So though you had mentioned that Alignment/tracking data is stored on the tape itself and that it cannot really be fixed, I saw the opposite occur. I was able to get my tapes working and had the noise disappear and just getting a better machine might not really fix the problem
However in cym's case I would try to get some sort of actual hi8 machine itself and see if that does fix things rather than using a D8 machine for the conversion
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Well, you're basically "breaking" a camera to match the tape.
You may never get it back to the proper alignment again without service manual specs and tools.
That's best done with a scope.
Some of this is explained a bit more at http://www.digitalFAQ.com/forum/showthread.php/8mm-playback-problems-1602.html
VHS was easier to align with some simple testing.
I f'd up another one recently, however, screwed up the transport on it beyond repair.
Then it proceeded to butcher one of my test tapes. Sounded like fingernails on chalkboard.
Oh well, it gave me 14 good years.
The adjustment to the tracking made a significant difference. I went from seeing this on 95% of the tapes to pretty much not at all. I'm not tuning per tape. This just adjusts the angle the tape tracks across the helical scan head. This is a very coarse adjustment, and I'm guessing the tracking information encoded on the tape is for finer auto-tracking. BTW, if you have a link to a spec that describes the physical encoding of Hi8/Video8/Digital8 on the tape media, I'd love to read it.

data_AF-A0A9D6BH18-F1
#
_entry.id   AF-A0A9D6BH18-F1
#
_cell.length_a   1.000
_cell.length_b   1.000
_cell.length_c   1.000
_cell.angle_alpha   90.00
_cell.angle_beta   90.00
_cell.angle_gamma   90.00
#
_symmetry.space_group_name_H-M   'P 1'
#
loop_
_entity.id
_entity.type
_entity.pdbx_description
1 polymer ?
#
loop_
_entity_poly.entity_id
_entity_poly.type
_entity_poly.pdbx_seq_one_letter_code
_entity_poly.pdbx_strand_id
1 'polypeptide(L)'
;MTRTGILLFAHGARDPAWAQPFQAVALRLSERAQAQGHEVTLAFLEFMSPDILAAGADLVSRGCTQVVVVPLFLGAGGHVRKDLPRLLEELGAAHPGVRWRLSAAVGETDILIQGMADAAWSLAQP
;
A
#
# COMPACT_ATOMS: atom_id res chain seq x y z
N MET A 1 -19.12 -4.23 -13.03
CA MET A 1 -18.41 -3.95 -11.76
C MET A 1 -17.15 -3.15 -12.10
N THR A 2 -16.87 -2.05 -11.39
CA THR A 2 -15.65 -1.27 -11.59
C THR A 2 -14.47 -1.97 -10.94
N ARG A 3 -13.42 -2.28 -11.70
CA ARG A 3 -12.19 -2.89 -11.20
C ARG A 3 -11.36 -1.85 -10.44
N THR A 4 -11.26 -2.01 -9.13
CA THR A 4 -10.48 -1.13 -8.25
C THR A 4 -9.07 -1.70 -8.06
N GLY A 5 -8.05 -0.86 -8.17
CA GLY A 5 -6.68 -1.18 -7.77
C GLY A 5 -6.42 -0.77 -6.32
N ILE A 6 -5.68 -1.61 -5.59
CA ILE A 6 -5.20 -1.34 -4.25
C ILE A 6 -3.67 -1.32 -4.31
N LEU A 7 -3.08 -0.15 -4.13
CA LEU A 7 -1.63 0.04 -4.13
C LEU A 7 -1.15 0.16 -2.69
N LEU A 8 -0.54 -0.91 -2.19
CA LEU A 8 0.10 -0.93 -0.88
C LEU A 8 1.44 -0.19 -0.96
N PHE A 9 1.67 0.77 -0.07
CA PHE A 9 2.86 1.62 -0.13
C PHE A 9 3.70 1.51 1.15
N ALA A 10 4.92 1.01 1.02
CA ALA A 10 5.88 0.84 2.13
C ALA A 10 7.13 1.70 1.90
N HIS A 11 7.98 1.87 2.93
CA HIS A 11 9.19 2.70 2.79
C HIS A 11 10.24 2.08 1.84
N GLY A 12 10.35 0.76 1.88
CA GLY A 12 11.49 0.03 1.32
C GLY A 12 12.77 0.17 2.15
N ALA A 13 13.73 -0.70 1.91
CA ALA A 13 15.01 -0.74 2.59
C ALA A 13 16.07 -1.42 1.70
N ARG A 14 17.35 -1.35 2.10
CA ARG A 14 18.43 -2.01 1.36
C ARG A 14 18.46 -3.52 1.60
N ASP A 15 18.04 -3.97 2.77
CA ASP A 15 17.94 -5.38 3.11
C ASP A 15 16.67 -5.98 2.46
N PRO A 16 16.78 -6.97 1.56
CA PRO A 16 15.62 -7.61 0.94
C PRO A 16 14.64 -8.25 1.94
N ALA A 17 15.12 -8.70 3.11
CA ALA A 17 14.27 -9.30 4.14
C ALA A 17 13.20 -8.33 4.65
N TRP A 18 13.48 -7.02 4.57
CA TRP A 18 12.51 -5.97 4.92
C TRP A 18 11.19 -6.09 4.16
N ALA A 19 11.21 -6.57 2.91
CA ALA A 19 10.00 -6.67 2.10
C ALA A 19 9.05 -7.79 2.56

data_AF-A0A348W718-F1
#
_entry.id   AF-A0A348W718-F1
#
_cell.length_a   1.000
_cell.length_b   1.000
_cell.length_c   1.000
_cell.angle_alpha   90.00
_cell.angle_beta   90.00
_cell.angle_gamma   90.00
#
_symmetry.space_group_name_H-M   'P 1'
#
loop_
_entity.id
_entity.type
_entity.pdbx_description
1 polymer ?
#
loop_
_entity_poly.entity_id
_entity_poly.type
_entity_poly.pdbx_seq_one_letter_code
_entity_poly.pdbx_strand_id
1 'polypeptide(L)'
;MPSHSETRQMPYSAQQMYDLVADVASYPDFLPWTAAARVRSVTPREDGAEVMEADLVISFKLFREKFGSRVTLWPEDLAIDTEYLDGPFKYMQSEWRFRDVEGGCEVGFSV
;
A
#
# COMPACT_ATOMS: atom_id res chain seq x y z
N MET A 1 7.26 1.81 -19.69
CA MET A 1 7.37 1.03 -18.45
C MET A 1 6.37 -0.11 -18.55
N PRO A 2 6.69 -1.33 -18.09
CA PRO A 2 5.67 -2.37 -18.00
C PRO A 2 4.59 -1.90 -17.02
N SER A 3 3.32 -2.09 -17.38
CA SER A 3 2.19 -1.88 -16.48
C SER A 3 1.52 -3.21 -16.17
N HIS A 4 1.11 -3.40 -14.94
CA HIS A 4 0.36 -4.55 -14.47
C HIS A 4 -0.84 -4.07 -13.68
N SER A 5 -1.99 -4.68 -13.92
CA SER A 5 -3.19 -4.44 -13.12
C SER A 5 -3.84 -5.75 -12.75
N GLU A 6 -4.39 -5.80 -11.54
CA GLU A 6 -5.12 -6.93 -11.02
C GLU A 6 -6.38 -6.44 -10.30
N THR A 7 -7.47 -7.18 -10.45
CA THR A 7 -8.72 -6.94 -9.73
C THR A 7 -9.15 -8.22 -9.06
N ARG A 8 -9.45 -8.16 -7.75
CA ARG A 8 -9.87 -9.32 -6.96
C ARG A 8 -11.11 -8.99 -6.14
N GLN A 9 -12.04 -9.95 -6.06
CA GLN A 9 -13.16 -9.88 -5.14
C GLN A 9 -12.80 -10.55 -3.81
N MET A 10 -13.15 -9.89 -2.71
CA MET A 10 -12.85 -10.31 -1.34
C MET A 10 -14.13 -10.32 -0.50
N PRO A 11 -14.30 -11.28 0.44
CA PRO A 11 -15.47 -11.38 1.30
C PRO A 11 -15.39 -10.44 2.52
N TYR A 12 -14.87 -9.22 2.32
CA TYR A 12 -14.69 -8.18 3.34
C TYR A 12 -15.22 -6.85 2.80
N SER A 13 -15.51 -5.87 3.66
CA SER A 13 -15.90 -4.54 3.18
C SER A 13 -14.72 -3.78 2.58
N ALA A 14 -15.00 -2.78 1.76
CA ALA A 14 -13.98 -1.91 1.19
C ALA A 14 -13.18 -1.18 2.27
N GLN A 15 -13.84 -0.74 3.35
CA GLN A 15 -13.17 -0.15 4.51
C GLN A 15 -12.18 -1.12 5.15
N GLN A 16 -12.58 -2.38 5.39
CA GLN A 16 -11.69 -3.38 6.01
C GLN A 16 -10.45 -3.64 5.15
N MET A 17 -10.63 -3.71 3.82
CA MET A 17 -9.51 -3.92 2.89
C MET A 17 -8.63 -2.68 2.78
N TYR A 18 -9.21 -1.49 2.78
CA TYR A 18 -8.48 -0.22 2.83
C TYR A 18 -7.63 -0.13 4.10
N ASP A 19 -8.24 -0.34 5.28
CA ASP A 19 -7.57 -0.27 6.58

I do encounter customers where many of their tapes don't play well, such as dropouts, but that could be due to their own care for the tapes, or if they've played them back a lot.
Lordsmurf, I'm definitely considering getting an analog deck for the Hi8 tapes. What's your preferred deck? I don't really want a camera. I convert a lot of tapes for customers, and need something that can stand hours and hours of use, is serviceable, etc. I don't mind refurb decks, if you can recommend an outfit you trust.
I'd actually look into a Sony Hi8 camera.
This one works well: http://www.amazon.com/gp/product/B0007M3PJ4?ie=UTF8&tag=thdifa-20&linkCode=as2&camp=17...SIN=B0007M3PJ4
I'm having the same problem.
Trying to transfer my Hi-8 tapes to PC using the original camera they were recorded with (Samsung scl810 8mm camcorder Hi-8).
My tapes have the line (like in OPs pic) going across the top and sometimes at the beginning of the tape, the whole tape is kind of noisy.
I really don't know what to do and I read the responses here, but don't really understand how to align the tapes and if its the right thing to do.
Edit / Now the tapes wont play at all, even though I know for sure there are recordings on it, it just shows that static screen or whatever you call it. Earlier they have been playing without problems (minus the noise)
Last edited by Videjac; 17th Sep 2014 at 08:52.